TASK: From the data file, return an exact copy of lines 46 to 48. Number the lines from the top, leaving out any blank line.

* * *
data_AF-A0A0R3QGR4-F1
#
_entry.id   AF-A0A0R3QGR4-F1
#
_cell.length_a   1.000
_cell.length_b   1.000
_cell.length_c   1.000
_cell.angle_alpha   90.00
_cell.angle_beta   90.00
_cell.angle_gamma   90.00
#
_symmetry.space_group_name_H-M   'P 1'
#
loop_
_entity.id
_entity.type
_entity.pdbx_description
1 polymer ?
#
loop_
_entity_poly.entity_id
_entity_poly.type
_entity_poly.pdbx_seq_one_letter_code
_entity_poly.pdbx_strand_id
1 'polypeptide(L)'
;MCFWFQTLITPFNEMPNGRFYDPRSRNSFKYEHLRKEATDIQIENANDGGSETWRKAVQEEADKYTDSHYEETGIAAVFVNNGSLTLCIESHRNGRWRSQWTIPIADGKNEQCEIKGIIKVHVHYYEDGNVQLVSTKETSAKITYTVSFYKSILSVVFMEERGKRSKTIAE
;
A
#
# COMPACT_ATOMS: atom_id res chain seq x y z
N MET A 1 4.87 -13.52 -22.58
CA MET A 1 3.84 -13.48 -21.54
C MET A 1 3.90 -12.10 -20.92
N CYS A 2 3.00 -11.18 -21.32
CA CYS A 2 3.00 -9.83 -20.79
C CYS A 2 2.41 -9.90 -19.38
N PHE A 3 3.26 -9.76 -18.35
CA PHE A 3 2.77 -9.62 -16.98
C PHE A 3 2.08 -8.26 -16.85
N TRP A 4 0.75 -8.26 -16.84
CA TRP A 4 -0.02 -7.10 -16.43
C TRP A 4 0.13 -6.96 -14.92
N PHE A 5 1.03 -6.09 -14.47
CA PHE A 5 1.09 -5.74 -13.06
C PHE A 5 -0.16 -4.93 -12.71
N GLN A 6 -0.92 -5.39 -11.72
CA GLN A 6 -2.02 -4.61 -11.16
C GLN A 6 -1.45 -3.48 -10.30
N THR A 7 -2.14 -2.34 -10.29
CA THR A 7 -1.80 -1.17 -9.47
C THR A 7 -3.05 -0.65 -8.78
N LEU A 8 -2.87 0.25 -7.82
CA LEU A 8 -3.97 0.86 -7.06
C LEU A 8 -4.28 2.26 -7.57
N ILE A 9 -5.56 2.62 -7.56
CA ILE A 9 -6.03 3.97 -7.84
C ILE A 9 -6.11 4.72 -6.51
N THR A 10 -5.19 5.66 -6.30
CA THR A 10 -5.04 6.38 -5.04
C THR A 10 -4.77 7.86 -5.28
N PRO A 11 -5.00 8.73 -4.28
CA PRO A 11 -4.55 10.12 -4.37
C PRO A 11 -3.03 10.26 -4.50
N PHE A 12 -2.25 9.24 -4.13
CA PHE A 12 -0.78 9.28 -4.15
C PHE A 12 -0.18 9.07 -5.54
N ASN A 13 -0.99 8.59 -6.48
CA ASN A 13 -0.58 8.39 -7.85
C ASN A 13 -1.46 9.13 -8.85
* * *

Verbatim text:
N GLN A 6 -0.92 -5.39 -11.72
CA GLN A 6 -2.02 -4.61 -11.16
C GLN A 6 -1.45 -3.48 -10.30